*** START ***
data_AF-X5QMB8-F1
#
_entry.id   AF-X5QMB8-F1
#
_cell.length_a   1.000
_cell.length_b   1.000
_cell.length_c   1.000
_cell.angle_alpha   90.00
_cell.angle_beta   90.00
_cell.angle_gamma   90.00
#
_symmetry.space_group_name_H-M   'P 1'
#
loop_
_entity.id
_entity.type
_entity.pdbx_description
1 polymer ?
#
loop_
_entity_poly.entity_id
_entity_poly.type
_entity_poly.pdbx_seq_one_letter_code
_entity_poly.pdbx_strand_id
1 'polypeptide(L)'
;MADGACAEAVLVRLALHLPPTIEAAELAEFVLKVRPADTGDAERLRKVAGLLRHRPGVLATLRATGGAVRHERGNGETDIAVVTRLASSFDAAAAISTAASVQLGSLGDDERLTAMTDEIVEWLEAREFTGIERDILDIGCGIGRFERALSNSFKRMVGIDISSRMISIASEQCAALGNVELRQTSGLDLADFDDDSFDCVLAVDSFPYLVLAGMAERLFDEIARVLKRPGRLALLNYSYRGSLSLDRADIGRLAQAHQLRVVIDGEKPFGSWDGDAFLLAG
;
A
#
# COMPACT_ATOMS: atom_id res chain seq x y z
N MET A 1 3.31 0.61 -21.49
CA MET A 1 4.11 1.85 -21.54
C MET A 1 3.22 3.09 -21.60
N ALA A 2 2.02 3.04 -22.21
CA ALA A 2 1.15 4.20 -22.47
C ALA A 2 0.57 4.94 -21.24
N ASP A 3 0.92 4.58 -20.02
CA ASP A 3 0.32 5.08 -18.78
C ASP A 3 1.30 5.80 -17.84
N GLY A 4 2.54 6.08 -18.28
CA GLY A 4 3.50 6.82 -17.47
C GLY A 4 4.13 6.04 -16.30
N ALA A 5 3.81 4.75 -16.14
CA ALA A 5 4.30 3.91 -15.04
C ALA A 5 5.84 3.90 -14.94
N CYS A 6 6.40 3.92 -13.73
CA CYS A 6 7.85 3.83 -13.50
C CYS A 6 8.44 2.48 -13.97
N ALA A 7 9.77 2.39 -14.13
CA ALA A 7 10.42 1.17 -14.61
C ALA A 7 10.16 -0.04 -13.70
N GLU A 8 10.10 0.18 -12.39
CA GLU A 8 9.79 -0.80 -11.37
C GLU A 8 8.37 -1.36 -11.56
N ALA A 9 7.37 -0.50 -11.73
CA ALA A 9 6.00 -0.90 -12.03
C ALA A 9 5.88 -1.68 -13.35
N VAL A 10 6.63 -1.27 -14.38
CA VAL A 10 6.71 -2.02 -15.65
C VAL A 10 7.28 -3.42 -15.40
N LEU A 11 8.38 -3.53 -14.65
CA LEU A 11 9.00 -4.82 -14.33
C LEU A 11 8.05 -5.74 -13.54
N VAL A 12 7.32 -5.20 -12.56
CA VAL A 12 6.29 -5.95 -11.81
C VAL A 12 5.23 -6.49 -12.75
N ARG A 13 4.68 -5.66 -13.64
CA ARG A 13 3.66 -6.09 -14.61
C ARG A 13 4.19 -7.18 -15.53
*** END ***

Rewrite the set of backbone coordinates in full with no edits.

data_AF-X5QMB8-F1
#
_entry.id   AF-X5QMB8-F1
#
_cell.length_a   1.000
_cell.length_b   1.000
_cell.length_c   1.000
_cell.angle_alpha   90.00
_cell.angle_beta   90.00
_cell.angle_gamma   90.00
#
_symmetry.space_group_name_H-M   'P 1'
#
loop_
_entity.id
_entity.type
_entity.pdbx_description
1 polymer ?
#
loop_
_entity_poly.entity_id
_entity_poly.type
_entity_poly.pdbx_seq_one_letter_code
_entity_poly.pdbx_strand_id
1 'polypeptide(L)'
;MADGACAEAVLVRLALHLPPTIEAAELAEFVLKVRPADTGDAERLRKVAGLLRHRPGVLATLRATGGAVRHERGNGETDIAVVTRLASSFDAAAAISTAASVQLGSLGDDERLTAMTDEIVEWLEAREFTGIERDILDIGCGIGRFERALSNSFKRMVGIDISSRMISIASEQCAALGNVELRQTSGLDLADFDDDSFDCVLAVDSFPYLVLAGMAERLFDEIARVLKRPGRLALLNYSYRGSLSLDRADIGRLAQAHQLRVVIDGEKPFGSWDGDAFLLAG
;
A
#
# COMPACT_ATOMS: atom_id res chain seq x y z
N MET A 1 3.31 0.61 -21.49
CA MET A 1 4.11 1.85 -21.54
C MET A 1 3.22 3.09 -21.60
N ALA A 2 2.02 3.04 -22.21
CA ALA A 2 1.15 4.20 -22.47
C ALA A 2 0.57 4.94 -21.24
N ASP A 3 0.92 4.58 -20.02
CA ASP A 3 0.32 5.08 -18.78
C ASP A 3 1.30 5.80 -17.84
N GLY A 4 2.54 6.08 -18.28
CA GLY A 4 3.50 6.82 -17.47
C GLY A 4 4.13 6.04 -16.30
N ALA A 5 3.81 4.75 -16.14
CA ALA A 5 4.30 3.91 -15.04
C ALA A 5 5.84 3.90 -14.94
N CYS A 6 6.40 3.92 -13.73
CA CYS A 6 7.85 3.83 -13.50
C CYS A 6 8.44 2.48 -13.97
N ALA A 7 9.77 2.39 -14.13
CA ALA A 7 10.42 1.17 -14.61
C ALA A 7 10.16 -0.04 -13.70
N GLU A 8 10.10 0.18 -12.39
CA GLU A 8 9.79 -0.80 -11.37
C GLU A 8 8.37 -1.36 -11.56
N ALA A 9 7.37 -0.50 -11.73
CA ALA A 9 6.00 -0.90 -12.03
C ALA A 9 5.88 -1.68 -13.35
N VAL A 10 6.63 -1.27 -14.38
CA VAL A 10 6.71 -2.02 -15.65
C VAL A 10 7.28 -3.42 -15.40
N LEU A 11 8.38 -3.53 -14.65
CA LEU A 11 9.00 -4.82 -14.33
C LEU A 11 8.05 -5.74 -13.54
N VAL A 12 7.32 -5.20 -12.56
CA VAL A 12 6.29 -5.95 -11.81
C VAL A 12 5.23 -6.49 -12.75
N ARG A 13 4.68 -5.66 -13.64
CA ARG A 13 3.66 -6.09 -14.61
C ARG A 13 4.19 -7.18 -15.53